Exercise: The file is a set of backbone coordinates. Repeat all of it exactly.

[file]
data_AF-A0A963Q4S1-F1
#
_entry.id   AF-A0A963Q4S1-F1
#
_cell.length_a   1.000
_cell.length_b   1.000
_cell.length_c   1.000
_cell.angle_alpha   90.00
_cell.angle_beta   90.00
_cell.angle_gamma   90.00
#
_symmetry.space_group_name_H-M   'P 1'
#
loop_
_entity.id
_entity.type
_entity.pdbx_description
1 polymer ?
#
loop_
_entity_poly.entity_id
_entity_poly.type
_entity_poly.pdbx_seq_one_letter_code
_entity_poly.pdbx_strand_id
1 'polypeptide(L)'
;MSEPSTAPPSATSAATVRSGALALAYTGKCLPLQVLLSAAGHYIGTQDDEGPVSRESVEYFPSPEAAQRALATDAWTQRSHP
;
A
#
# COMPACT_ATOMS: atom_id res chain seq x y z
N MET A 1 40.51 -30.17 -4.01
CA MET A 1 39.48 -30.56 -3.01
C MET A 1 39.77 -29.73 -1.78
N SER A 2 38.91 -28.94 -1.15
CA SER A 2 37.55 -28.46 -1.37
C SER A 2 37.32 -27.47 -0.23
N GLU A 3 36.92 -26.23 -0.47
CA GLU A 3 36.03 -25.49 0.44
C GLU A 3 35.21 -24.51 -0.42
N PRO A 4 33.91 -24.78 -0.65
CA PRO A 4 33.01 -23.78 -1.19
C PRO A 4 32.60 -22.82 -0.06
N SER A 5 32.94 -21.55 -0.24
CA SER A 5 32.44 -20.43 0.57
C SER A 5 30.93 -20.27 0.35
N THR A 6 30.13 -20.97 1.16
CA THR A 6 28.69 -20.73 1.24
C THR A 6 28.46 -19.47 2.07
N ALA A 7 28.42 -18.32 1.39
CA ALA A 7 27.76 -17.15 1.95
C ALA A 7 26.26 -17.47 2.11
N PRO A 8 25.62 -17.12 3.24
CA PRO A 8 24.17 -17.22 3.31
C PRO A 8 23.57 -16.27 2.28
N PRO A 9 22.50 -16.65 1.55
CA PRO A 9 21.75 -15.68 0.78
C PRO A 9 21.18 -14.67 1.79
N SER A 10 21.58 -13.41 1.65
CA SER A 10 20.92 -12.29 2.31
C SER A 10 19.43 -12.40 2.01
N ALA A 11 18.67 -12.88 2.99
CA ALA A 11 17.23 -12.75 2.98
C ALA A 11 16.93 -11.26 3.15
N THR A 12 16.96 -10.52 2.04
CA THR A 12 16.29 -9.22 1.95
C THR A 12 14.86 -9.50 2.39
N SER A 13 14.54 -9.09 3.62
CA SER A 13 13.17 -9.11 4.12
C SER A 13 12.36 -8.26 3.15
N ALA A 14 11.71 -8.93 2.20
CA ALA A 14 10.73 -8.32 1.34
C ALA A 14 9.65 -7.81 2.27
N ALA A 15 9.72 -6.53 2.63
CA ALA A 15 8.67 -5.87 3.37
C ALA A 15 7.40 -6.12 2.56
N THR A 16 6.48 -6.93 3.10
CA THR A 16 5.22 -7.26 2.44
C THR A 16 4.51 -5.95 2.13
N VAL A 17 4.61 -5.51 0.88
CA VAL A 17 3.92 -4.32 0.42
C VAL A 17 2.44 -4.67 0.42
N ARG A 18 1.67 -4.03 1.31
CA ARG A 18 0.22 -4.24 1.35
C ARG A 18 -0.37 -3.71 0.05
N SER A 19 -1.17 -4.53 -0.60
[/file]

data_AF-A0A963Q4S1-F1
#
_entry.id   AF-A0A963Q4S1-F1
#
_cell.length_a   1.000
_cell.length_b   1.000
_cell.length_c   1.000
_cell.angle_alpha   90.00
_cell.angle_beta   90.00
_cell.angle_gamma   90.00
#
_symmetry.space_group_name_H-M   'P 1'
#
loop_
_entity.id
_entity.type
_entity.pdbx_description
1 polymer ?
#
loop_
_entity_poly.entity_id
_entity_poly.type
_entity_poly.pdbx_seq_one_letter_code
_entity_poly.pdbx_strand_id
1 'polypeptide(L)'
;MSEPSTAPPSATSAATVRSGALALAYTGKCLPLQVLLSAAGHYIGTQDDEGPVSRESVEYFPSPEAAQRALATDAWTQRSHP
;
A
#
# COMPACT_ATOMS: atom_id res chain seq x y z
N MET A 1 40.51 -30.17 -4.01
CA MET A 1 39.48 -30.56 -3.01
C MET A 1 39.77 -29.73 -1.78
N SER A 2 38.91 -28.94 -1.15
CA SER A 2 37.55 -28.46 -1.37
C SER A 2 37.32 -27.47 -0.23
N GLU A 3 36.92 -26.23 -0.47
CA GLU A 3 36.03 -25.49 0.44
C GLU A 3 35.21 -24.51 -0.42
N PRO A 4 33.91 -24.78 -0.65
CA PRO A 4 33.01 -23.78 -1.19
C PRO A 4 32.60 -22.82 -0.06
N SER A 5 32.94 -21.55 -0.24
CA SER A 5 32.44 -20.43 0.57
C SER A 5 30.93 -20.27 0.35
N THR A 6 30.13 -20.97 1.16
CA THR A 6 28.69 -20.73 1.24
C THR A 6 28.46 -19.47 2.07
N ALA A 7 28.42 -18.32 1.39
CA ALA A 7 27.76 -17.15 1.95
C ALA A 7 26.26 -17.47 2.11
N PRO A 8 25.62 -17.12 3.24
CA PRO A 8 24.17 -17.22 3.31
C PRO A 8 23.57 -16.27 2.28
N PRO A 9 22.50 -16.65 1.55
CA PRO A 9 21.75 -15.68 0.78
C PRO A 9 21.18 -14.67 1.79
N SER A 10 21.58 -13.41 1.65
CA SER A 10 20.92 -12.29 2.31
C SER A 10 19.43 -12.40 2.01
N ALA A 11 18.67 -12.88 2.99
CA ALA A 11 17.23 -12.75 2.98
C ALA A 11 16.93 -11.26 3.15
N THR A 12 16.96 -10.52 2.04
CA THR A 12 16.29 -9.22 1.95
C THR A 12 14.86 -9.50 2.39
N SER A 13 14.54 -9.09 3.62
CA SER A 13 13.17 -9.11 4.12
C SER A 13 12.36 -8.26 3.15
N ALA A 14 11.71 -8.93 2.20
CA ALA A 14 10.73 -8.32 1.34
C ALA A 14 9.65 -7.81 2.27
N ALA A 15 9.72 -6.53 2.63
CA ALA A 15 8.67 -5.87 3.37
C ALA A 15 7.40 -6.12 2.56
N THR A 16 6.48 -6.93 3.10
CA THR A 16 5.22 -7.26 2.44
C THR A 16 4.51 -5.95 2.13
N VAL A 17 4.61 -5.51 0.88
CA VAL A 17 3.92 -4.32 0.42
C VAL A 17 2.44 -4.67 0.42
N ARG A 18 1.67 -4.03 1.31
CA ARG A 18 0.22 -4.24 1.35
C ARG A 18 -0.37 -3.71 0.05
N SER A 19 -1.17 -4.53 -0.60